SodaStream has come a long since since the company’s 2013 Super Bowl ad put them on the map by serving notice to Coca-Cola and Pepsi. With rapid sales lift and media coverage, SodaStream emerged as a credible threat for soft drink dollars. Then the market shifted. Consumers embraced healthier options like coconut water, sparkling water, and cold-pressed juices. Keurig, Nespresso, and Tassimo challenged them for countertop space in people’s homes. Aggressive and frequent soft drink promotions challenged their value proposition. They encountered distribution challenges and never secured shelf space in critical retailers like Loblaws and Sobeys. It looked like they lost all momentum amidst growing speculation of acquisition talks. Then SodaStream pivoted their communication and slowly rebounded.
The new communication message focused on sparkling water. Beverage research revealed that consumers were willing to give up sugar but not carbonation. SodaStream’s new marketing placed crosshairs squarely on brands like Perrier, San Pellegrino, Nestle Waters, and Sparkling Ice. Innovation around smaller and more basic machines (i.e. starter kits) enabled penetration growth and co-existence with other countertop appliances. In their latest financial results, sales revenues rose double digits driven by starter kits across key geographies with direct mention of Canada. So with a resurgence in their momentum, how can SodaStream maintain growth in a beverage category that continues to see strong double-digit gains?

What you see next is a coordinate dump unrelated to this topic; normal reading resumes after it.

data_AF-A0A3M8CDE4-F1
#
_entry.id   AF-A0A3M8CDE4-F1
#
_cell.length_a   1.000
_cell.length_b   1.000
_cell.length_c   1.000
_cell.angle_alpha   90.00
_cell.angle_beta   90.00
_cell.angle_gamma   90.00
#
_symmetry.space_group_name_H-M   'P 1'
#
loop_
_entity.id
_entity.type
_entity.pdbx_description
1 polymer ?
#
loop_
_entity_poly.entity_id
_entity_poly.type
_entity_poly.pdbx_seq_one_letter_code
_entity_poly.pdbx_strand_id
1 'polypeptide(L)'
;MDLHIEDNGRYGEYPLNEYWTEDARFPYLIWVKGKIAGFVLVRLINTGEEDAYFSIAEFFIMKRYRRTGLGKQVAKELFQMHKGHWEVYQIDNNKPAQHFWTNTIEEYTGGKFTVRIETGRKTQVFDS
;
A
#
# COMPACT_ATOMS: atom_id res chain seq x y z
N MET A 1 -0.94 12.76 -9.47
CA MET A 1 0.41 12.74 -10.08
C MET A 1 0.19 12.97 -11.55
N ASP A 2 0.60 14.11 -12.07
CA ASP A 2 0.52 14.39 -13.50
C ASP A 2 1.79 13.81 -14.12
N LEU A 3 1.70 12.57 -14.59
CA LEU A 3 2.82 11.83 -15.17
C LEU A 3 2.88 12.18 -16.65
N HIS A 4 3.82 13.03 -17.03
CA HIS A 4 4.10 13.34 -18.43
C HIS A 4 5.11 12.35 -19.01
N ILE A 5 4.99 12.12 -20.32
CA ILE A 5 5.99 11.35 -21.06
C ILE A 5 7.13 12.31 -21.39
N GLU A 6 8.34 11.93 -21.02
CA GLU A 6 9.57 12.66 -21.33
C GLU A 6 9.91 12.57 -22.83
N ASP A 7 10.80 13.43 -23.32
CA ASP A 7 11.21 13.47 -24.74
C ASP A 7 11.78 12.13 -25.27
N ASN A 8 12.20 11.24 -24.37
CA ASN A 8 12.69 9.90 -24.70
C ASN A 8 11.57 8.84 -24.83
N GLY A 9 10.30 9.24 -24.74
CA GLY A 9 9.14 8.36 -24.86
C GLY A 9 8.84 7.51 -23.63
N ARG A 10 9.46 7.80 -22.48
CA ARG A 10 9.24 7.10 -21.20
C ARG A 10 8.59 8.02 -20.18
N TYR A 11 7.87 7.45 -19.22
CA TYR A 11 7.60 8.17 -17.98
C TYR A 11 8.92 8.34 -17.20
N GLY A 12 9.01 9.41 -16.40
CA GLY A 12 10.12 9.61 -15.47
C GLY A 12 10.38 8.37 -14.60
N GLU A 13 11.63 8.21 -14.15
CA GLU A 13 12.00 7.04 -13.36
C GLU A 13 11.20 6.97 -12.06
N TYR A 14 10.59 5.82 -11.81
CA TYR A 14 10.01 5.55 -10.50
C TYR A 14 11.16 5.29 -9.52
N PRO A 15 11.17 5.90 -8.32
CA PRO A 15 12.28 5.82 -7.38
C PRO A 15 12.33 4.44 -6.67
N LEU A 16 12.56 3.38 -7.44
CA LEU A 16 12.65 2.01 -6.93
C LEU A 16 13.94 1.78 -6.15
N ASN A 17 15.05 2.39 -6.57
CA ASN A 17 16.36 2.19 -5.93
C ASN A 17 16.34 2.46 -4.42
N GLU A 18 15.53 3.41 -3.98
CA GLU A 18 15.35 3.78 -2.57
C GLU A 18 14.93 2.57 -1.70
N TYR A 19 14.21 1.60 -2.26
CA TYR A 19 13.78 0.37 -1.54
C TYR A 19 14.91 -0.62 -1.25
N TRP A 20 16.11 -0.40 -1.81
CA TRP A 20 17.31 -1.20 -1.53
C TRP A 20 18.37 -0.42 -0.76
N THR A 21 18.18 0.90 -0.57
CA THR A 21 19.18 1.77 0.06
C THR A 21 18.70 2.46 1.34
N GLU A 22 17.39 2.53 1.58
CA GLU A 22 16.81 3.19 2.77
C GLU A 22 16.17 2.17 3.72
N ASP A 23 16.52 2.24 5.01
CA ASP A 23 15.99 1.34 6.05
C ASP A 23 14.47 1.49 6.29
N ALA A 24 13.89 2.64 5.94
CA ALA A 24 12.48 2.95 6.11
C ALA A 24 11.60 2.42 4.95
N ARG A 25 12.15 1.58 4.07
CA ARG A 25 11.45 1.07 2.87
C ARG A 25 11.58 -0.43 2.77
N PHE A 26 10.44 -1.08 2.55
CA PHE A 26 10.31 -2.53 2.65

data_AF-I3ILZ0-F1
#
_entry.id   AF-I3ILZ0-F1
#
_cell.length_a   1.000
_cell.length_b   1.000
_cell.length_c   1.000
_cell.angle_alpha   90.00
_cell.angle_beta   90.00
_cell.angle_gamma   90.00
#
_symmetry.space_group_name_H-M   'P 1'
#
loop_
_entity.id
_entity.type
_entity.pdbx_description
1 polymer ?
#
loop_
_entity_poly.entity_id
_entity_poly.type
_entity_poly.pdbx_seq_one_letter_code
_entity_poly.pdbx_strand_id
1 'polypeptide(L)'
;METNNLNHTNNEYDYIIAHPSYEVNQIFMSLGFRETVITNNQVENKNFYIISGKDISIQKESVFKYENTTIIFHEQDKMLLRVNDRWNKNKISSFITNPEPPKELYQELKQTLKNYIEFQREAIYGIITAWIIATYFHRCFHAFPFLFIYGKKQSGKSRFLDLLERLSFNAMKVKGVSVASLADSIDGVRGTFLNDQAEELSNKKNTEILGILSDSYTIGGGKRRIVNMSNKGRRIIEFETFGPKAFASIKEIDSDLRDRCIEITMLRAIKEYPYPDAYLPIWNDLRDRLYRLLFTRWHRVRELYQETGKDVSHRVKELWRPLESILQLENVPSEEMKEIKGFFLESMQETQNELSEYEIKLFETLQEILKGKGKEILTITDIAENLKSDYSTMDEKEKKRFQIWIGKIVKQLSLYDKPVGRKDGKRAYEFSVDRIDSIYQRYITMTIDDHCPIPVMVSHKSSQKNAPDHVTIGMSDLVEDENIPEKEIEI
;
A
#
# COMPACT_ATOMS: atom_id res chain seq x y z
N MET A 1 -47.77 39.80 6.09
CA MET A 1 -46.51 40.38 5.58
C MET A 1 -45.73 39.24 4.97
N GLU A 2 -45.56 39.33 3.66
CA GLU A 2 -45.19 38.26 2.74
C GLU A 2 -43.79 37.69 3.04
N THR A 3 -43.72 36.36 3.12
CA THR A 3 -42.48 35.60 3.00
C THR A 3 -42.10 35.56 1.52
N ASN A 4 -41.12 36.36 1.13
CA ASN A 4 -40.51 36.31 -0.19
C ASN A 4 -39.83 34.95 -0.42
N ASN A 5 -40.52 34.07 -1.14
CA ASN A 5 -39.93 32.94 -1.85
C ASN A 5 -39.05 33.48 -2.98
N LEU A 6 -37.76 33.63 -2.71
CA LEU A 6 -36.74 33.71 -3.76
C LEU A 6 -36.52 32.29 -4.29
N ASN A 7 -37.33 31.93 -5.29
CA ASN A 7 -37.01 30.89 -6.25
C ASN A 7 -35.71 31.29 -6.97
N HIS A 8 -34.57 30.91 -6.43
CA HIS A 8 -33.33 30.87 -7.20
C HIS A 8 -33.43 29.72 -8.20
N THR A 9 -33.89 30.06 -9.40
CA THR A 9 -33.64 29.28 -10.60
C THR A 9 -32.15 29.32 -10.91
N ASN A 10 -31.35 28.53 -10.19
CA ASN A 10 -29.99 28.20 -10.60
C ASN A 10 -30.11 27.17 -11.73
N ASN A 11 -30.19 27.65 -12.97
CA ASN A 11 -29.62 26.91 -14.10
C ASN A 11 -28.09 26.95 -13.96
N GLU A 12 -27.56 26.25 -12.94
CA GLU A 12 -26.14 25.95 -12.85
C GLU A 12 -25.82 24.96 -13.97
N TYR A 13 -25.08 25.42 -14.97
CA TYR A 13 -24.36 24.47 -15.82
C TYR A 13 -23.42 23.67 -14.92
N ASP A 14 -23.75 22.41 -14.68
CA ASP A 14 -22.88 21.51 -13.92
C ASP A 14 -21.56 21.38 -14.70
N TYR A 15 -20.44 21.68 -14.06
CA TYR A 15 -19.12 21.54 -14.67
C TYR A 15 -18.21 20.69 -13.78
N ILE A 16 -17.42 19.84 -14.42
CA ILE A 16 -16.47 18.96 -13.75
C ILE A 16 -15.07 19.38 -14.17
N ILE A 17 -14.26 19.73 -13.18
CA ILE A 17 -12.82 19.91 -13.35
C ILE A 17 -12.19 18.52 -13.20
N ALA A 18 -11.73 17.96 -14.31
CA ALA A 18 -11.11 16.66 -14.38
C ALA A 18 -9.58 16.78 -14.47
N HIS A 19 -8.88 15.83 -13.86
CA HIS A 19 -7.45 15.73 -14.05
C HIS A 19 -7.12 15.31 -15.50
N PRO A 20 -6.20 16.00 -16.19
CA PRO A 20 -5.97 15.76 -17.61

Broadening SodaStream’s footprint is the first of two critical steps toward long-term growth. The core of their sustainable success depends on their ability to sell more sparking water makers. Yet their opportunity to gain distribution may be through leveraging their line of drink mixes. Their drink mix retails are comparable to bottled sparkling water prices and securing grocery availability improves their accessibility to shoppers. Consumers that own a SodaStream machine saves time and avoid making a separate trip, instead are afforded more sparking water product alternatives. Retailers increase their share of consumer spend in addition to improving perceptions around sustainability. Extending this availability to the grocer’s online platform further increases convenience and presents yet another opportunity to build shopping baskets. Online shoppers are offered extra product selection while retailers can expand inventory beyond SodaStream drink mixes to include the starter kits and carbonation bottles.
Revisiting their consumer marketing efforts is the second of two critical steps toward building SodaStream’s long-term growth. Since their infamous banned Super Bowl commercial, SodaStream’s marketing efforts have waned. Despite unit sales growth, penetration is still the company’s key objective. TV may not be the best investment to help achieve this objective while it generated significant brand exposure. Their next step should focus on generating trial through usage demonstration. The standard tactics would include coupon activity, bonus offers, and gift-with-purchase. Less conventional tactics could include sampling SodaStream product within grocery retailers, as a lever to help gain distribution and access to shoppers. Another option may be to create a pop-up shop to promote SodaStream products, or sell limited-edition designer versions.
With a stabilized business following a few tumultuous years, SodaStream is indeed positioned for growth. Innovation and their marketing communication has helped to restore success. To further capitalize on growth potential, the company must reclaim their consumer share of mind and improve accessibility. This all starts with broadening their retail footprint and elevating their marketing activities.